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The Worth of Hair by A. A. Freeman

The Worth of Hair by A. A. Freeman
4.5
Book Name: The Worth of Hair
Author: A. A. Freeman
Publisher(s): Self-Published
Formatt: Paperback / Ebook
Genre(s): Fairy Tale / Novella
Release Date: October 21, 2020

In their original forms, fairy stories were often bloody and almost always filled with grim suffering. The grimmest of all were not the folk tales captured by the famous brothers of that name, but rather Hans Christian Andersen’s original fables. His “Little Match Girl” isn’t rescued by a fairy godmother or industrious talking mice from the parent who beats her when she fails to sell her quota of matches. She freezes to death because she’s terrified to return home. The “Steadfast Tin Soldier” is a passive participant in a series of random adventures that end with an equally random and pointless death. “The Little Mermaid” is also a tale of pain, suffering, and unrequited love, which ends with the mermaid giving up her life to save the prince who forsook her for another woman. All of these tales have a denouement that finishes them with a dollop of hope, but by and large, Andersen’s work is not only dark but bitter.

Fortunately, A. A. Freeman has come along and taken the hunk of unsweetened, sea-salty chocolate that is “The Little Mermaid,” and whipped it into a light and delicious novella that can be devoured in an afternoon. True to its fairy tale origins, The Worth of Hair is told by an omniscient narrator, but the focus mostly stays on the Midwife, a wise and wise-cracking healer renowned for vanquishing a dragon named Chet.

“The dragon’s name was Chet. He was not a beast, nor a monster, and certainly not any of those other words you used. He was a dragon named Chet, who is now dead. Nothing more, nothing less.”

Names are important totems in this world. None of the characters are called by their names—rather they are referred to by their function, all with a capital article: The Midwife, The Prince, The Mermaid. Yet the plot turns on the Midwife’s ability to divine the true names and natures of her adversaries. Her latest adventure begins after the conclusion of Andersen’s tale, when the Midwife arrives to deliver the baby born to the Princess who the Prince married instead of the now-deceased mermaid. As the Princess labors, a specter haunts the royal family, threatening the new arrival. The Midwife must not only safely deliver the babe, but eliminate the unknown enemy. Fortunately, she’s the right woman for the job.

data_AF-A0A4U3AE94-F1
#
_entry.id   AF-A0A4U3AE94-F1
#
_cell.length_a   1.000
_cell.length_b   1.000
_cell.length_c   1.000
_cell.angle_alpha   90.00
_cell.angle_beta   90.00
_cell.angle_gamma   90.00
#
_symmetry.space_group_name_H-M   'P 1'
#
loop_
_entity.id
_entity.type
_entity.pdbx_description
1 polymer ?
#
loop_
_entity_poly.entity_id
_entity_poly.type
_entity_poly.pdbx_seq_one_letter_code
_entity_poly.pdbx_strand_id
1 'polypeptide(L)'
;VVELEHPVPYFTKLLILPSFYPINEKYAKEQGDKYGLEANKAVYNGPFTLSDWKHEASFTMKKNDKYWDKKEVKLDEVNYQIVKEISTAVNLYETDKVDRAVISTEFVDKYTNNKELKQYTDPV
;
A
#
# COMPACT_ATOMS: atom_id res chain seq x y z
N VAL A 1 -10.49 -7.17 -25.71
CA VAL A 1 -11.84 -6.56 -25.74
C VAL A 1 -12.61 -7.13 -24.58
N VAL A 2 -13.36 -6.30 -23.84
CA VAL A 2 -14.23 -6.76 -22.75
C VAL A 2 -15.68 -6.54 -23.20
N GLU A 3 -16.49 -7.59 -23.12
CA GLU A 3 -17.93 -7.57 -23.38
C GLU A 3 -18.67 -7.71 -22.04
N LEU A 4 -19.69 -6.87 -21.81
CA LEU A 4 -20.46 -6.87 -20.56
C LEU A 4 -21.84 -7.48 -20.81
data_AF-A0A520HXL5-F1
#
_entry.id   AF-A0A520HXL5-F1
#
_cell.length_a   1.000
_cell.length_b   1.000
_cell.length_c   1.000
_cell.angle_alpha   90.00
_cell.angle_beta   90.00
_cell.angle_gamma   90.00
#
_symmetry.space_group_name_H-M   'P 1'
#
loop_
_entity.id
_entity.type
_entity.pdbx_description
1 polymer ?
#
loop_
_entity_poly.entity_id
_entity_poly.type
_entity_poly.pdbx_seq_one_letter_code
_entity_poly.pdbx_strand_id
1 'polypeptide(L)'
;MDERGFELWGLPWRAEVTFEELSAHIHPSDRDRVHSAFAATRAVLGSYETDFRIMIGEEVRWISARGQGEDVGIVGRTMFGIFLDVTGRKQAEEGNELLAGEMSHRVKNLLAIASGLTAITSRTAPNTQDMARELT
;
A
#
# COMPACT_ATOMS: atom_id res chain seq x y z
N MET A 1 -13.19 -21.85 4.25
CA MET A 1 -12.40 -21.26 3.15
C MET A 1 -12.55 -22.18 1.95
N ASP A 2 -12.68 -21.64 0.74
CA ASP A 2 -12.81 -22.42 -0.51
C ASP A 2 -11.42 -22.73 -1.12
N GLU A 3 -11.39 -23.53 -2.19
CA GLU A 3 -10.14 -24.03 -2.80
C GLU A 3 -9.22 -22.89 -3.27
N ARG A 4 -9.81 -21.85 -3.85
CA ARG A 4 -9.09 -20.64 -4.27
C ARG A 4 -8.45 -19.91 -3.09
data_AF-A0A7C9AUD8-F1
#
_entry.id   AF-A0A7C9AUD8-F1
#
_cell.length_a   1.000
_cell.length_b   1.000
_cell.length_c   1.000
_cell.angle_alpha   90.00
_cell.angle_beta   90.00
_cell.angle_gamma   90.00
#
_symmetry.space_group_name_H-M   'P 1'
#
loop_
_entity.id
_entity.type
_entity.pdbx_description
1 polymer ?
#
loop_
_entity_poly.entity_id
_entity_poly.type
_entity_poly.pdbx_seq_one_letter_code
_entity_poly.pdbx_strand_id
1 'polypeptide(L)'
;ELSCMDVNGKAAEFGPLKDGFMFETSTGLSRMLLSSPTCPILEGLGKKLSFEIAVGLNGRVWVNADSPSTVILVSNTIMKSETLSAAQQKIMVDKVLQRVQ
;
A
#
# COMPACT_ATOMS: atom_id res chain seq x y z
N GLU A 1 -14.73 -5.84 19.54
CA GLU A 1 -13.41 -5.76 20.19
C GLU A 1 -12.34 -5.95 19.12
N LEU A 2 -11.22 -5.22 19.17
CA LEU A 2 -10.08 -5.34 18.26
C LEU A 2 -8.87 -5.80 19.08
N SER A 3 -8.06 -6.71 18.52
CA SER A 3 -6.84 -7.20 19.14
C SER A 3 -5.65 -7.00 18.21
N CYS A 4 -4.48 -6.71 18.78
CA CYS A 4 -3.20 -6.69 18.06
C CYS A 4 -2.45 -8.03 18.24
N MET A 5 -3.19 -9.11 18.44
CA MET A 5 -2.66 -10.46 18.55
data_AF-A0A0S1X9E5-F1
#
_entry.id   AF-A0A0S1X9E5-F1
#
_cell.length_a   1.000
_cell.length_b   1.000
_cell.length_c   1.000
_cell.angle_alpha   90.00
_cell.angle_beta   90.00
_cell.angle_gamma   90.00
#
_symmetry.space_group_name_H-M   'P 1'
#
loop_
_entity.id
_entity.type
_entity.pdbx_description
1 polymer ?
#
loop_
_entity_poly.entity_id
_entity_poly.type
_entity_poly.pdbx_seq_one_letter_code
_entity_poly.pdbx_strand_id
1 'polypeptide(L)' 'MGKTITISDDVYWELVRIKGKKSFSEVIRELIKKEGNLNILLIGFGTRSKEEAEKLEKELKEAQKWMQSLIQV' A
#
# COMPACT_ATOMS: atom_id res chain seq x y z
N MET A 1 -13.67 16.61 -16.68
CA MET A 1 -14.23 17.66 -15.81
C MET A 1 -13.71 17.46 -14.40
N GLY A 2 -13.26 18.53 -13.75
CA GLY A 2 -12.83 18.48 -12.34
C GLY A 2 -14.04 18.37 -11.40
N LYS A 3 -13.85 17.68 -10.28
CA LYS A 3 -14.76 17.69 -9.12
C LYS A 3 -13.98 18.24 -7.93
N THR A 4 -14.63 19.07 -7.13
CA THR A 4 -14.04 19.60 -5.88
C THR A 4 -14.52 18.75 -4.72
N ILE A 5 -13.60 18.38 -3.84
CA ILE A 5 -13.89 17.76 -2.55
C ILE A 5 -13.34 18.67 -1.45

Freeman’s prose is right for the job as well. It’s delightfully snarky, reminiscent of Terry Pratchett or Douglas Adams. For example, when the Prince’s speeding carriage flies off the crest of a dune like a cop car on a film set in San Francisco:

The Midwife had led what many would call, an interesting life, even before the whole dragon thing. So to her, the unique sensation that comes with being airborne was rather old hat and far more reassuring than speeding across the sand in a carriage not meant to leave the flat stone road.

In that wondrous yet terrifying moment of being unconnected with the universe, The Midwife had enough sense to grab onto her leather satchel before the horses and carriage alike landed back on the road. But the cruel laws of physics declared for The Midwife to continue her path and slam straight up into the ceiling, before falling back onto her seat in a heap. She stayed there, mostly hidden under her handwoven shawl, bag clutched against her chest, debating if the safety of the royal line was worth this seaside nonsense.

The Worth of Hair is the first in a series of novellas called The Midwife Fables, and I can’t wait to see which fabled aftermath she fixes next. Fairy tales were a favorite pastime of mine when I was young in the 1960s and 70s. My family owned all twelve beautifully illustrated volumes of the My Book House fairy tale collection, which I read over and over, a process that baked many of those stories deep into my mind and memory. I watched every adaptation I could too, from the 1965 TV movie Cinderella, starring Leslie Ann Warren in the title role, to the 1975 anime Little Mermaid, which, unlike the syrupy 1989 Disney version, hewed close to the original story, including the mermaid’s tragic self-sacrifice.

Nevertheless, I wish I’d reread “The Little Mermaid” before reading The Worth of Hair. It’s not that the plot isn’t self-contained—it’s perfectly understandable without reading the story that inspired it. Yet the Easter egg hunt will be lot more fun if you’ve recently read Andersen’s original (or at least reviewed a plot summary). I didn’t realize the full significance of some details until I looked up Andersen’s original in preparation for this review. Once I had, I recognized the true nature of Freeman’s work, and I name it Brilliant.

The Worth of Hair is available now in paperback and ebook! You can learn more about her work on her website and follow her on Twitter, Instagram, and Facebook!

If you like her book cover or want to know more about the making of the book, you can read our interview with the author here!

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